Reality Check on Trump’s tax cuts and trade deals

Image result for april fools with Trump

Let me start with Larry Kudlow, the Director of the National Economic Council, who said back in April of 2018 that he believes the U.S. tax cuts could generate GDP growth of 5 percent annually for a short time. The U.S. economy did manage a 4.2% GDP growth in the second quarter of 2018 but the annual rate was only 3.1 percent. Sorry, forever Trumpers but Obama had 2.9% GDP growth in 2015 without the tax cuts.

GDP growth projections even fooled the Federal Reserve which signaled three rate hikes for 2019 but the slow down in world economic growth has forced the Fed to put any more rate hikes on hold. Market watchers believe there is a strong possibility that the Fed may have to cut rates if U.S. growth continues to slow down.

April fools : Tax cuts will for pay themselves

  • The budget deficit grew 77 percent in the first four months of fiscal 2019 compared with the same period in 2018, the U.S. Treasury reported earlier this month. The total deficit was $310 billion up from $176 billion over the same four-month period a year earlier. The cause of the massive increase, according to Treasury officials: tax revenues fell dramatically and government spending increased significantly. Even worse news is that the budget deficit is projected to exceed $1 trillion in 2020.
  • The national debt, which has exceeded $21 trillion, will soar to more than $33 trillion in 2028, according to the non-partisan Congressional Budget Office (CBO). By then, debt held by the public will almost match the size of the nation’s economy, reaching 96 percent of gross domestic product, a higher level than any point since just after World War II and well past the level that economists say could court a crisis.

Trump campaigned on a promise to shrink the country’s trade deficit, arguing loudly during campaign stops before and after taking office that bad trade deals have allowed other countries to take advantage of the United States. Trump imposed tariffs as a way to reduce the trade deficit with America’s trading partners.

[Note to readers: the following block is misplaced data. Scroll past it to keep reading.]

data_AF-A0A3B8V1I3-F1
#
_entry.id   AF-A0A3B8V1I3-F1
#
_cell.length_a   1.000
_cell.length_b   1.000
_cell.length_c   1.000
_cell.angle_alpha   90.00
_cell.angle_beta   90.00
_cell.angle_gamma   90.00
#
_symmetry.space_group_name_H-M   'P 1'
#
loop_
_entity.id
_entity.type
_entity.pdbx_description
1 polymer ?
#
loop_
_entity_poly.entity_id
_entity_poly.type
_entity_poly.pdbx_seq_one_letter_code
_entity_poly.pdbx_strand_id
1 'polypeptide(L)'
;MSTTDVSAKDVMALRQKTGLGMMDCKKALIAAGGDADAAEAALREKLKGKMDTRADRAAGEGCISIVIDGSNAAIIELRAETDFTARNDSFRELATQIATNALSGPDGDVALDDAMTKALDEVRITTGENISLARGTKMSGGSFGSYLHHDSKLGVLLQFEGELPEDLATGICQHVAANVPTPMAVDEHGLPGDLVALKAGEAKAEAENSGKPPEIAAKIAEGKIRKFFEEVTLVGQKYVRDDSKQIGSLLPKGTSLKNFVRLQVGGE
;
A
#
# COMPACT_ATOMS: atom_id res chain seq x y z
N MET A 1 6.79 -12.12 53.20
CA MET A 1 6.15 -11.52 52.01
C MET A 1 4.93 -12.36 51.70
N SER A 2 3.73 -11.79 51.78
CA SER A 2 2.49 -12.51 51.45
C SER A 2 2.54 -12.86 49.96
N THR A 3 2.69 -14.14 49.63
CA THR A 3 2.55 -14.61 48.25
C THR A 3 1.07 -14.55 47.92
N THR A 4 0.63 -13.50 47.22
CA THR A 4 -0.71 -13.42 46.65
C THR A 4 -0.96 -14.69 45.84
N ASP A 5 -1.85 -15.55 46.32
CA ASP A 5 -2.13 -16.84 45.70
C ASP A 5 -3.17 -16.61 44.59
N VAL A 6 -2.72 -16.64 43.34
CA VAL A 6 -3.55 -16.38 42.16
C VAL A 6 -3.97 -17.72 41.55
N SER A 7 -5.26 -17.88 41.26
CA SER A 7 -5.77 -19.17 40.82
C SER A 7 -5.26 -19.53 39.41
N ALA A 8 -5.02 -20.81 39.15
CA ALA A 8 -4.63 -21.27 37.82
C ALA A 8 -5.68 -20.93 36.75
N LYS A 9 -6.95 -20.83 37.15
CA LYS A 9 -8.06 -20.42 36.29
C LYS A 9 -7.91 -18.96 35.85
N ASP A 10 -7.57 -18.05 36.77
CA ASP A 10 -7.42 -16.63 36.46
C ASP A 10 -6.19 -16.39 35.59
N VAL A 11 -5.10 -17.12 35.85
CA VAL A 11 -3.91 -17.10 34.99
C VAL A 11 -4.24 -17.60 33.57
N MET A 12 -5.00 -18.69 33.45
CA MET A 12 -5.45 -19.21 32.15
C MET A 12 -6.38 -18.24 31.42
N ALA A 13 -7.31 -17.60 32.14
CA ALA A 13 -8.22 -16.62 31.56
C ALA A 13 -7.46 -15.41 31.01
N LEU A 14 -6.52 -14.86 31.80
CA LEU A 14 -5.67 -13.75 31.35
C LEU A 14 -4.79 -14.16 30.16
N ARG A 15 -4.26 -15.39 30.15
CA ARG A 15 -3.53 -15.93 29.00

April Fools: Imposing tariffs will reduce the U.S. trade deficit

The U.S. trade deficit hit a 10-year high in 2018, growing by $69 billion, according to figures released March 6 by the Census Bureau. Trump’s constant verbal blasts and a number of arm-twisting PR stunts focused on efforts to revive American manufacturing and reduce dependence on imported goods such as steel and other materials failed to produce any meaningful results.

Trump promised to scuttle all those bad trade deals and replace them with pacts that would re-energize our country’s manufacturing sector. Very little has happened on any of those items during the past two years.

Yes, Trump pulled the United States out of the Trans-Pacific Partnership and renegotiated the North American Free Trade Agreement, both of which he called some of the “worst” deals”, and he’s currently pursuing separate deals with China and the European Union.

It’s important to note, however, that Trump has signed just one new trade deal, with South Korea. The NAFTA replacement, known as the US-Mexico-Canada Agreement, still needs to be approved by Congress and lawmakers on both sides of the aisle have raised concerns. Canada and Mexico will not ratify the new agreement unless the U.S. remove the tariffs on steel and aluminium

So far, engaging in trade wars with just about any country America does business with has not delivered promised results of more jobs for U.S. workers. Companies are not relocating manufacturing plants back to America.

 

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